Villain time again. Emile is the most physically violent character we see. He enjoys beating people up. Through his character, Cormier asks us to think about physical violence and to compare it to Archie's psychological violence. It makes us want to toss out some hard questions: Is physical violence worse than psychological, or vice versa? Are they equally awful? Can one even exist without the other?
Let's Get Physical
Emile is brutal, and even Archie thinks he's too much. We're told:
Actually, Archie hated people like Janza even though he could admire their handiwork. People like Janza were animals. But they came in handy. Janza and the picture – like money in the bank. (7.21)
This is one way that Archie justifies blackmailing Emile Janza. Emile is a bad person, so it's OK for Archie to use him. (Is there a conscience buried somewhere under there, Archie?) But, really Emile doesn't mind. He wants to be a Vigil, and he's happy to beat up Jerry. He's so excited about his assignment that he turns it into what Archie calls "a gang bang" (33.4). Even Archie is upset when Emile brings in some ten or more guys to help him beat up Jerry. Though mostly this is because Archie knows that too much physical violence will draw attention to The Vigils.
Emile is aware that Archie thinks he's some kind of dog on a leash. When he's up on the platform before the raffle begins, we're told:
Emile was tired of being treated like one of the bad guys. That's the way Archie made him feel. "Hey, animal," Archie would say. Emile wasn't an animal. He had feelings like anybody else. (35.38)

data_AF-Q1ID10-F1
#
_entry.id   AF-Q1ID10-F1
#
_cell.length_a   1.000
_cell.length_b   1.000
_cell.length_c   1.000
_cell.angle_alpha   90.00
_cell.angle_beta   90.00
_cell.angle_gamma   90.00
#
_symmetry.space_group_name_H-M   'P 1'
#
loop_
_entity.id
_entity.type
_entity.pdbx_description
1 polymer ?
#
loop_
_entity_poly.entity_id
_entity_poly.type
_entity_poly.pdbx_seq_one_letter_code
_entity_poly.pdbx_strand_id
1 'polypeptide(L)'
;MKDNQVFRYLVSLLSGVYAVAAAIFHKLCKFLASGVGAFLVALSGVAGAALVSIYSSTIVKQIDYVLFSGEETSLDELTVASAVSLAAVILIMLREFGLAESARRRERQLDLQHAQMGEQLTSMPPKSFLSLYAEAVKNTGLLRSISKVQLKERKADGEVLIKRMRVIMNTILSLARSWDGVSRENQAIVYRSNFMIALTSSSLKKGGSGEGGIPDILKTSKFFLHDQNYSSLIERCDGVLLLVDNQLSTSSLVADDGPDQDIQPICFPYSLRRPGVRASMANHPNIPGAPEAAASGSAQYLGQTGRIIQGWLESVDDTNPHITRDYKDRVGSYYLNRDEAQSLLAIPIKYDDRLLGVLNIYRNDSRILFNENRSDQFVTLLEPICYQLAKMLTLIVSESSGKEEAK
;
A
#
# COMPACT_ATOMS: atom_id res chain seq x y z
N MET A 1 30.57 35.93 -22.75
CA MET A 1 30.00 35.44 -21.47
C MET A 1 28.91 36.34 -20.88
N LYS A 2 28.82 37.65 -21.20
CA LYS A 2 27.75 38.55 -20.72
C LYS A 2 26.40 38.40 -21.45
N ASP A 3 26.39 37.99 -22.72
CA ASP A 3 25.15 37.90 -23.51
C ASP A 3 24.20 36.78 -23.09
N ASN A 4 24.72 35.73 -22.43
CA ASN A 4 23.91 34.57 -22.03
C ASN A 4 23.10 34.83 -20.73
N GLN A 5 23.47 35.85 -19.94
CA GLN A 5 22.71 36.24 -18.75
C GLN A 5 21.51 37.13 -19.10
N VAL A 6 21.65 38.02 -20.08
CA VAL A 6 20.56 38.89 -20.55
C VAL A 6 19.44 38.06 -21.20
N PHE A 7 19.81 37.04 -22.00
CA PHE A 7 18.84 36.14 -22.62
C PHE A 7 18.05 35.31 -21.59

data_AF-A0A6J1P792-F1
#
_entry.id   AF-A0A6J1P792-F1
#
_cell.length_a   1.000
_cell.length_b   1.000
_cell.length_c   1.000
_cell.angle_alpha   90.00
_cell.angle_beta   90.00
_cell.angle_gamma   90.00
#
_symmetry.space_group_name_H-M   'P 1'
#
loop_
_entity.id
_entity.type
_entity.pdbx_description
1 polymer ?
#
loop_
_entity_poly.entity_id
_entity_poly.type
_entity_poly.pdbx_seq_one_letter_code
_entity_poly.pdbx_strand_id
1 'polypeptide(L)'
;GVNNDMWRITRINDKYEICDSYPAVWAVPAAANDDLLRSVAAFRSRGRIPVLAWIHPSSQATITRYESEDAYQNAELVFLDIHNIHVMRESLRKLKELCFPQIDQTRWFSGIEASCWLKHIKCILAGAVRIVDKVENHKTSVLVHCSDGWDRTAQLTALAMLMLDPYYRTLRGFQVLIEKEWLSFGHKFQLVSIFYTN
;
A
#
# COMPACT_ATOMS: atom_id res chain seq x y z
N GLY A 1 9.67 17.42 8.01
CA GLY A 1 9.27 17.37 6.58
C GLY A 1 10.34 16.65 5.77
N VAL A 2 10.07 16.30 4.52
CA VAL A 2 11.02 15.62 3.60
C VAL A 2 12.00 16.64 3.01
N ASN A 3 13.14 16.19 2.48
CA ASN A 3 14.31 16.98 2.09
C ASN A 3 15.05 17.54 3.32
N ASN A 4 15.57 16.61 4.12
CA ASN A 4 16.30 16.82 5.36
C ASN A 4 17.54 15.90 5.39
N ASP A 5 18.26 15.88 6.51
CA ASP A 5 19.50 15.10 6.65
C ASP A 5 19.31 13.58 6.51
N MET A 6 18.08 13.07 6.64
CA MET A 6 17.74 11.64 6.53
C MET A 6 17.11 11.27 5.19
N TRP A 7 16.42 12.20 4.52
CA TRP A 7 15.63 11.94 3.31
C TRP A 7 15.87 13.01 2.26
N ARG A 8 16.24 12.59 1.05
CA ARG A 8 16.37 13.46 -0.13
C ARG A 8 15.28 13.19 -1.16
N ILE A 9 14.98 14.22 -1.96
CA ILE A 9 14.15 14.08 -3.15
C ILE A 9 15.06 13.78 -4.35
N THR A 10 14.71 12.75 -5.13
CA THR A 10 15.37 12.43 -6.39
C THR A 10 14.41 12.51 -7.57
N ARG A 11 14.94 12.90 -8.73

Emile knows he's not a nice guy. Like Archie, he believes he has to be bad to keep people from doing bad to him. But, in terms of Archie, he's a good guy. He's on Archie's side, but Archie's treating him like the enemy. This is what ticks Emile off. The line also shows part of what makes Emile so violent. He wants to belong. He thinks violence is his ticket to getting in with The Vigils and being respected by the school.
We already know Emile is physically violent. He also uses public humiliation and fear to harass his victims:
He found that people had a fear of being embarrassed or humiliated, or being singled out for special attention. Like in a bus. You could easily call out to a kid […] and say, "Jeez you've got bad breath, know that? Don't you ever brush your teeth […]" […] As a result, people went around being extra nice to Emile Janza. (7.7)
As with the physical violence, Emile is using public humiliation to carve out a place for himself in society. He enjoys it, sure, but it's also a defense against what he himself fears – which is the same thing everybody else does. Part of why he beats Jerry so badly during the raffle is that Archie told him that kids were questioning whether Emile could beat Jerry without the help of his friends. He wants to prove himself to the public.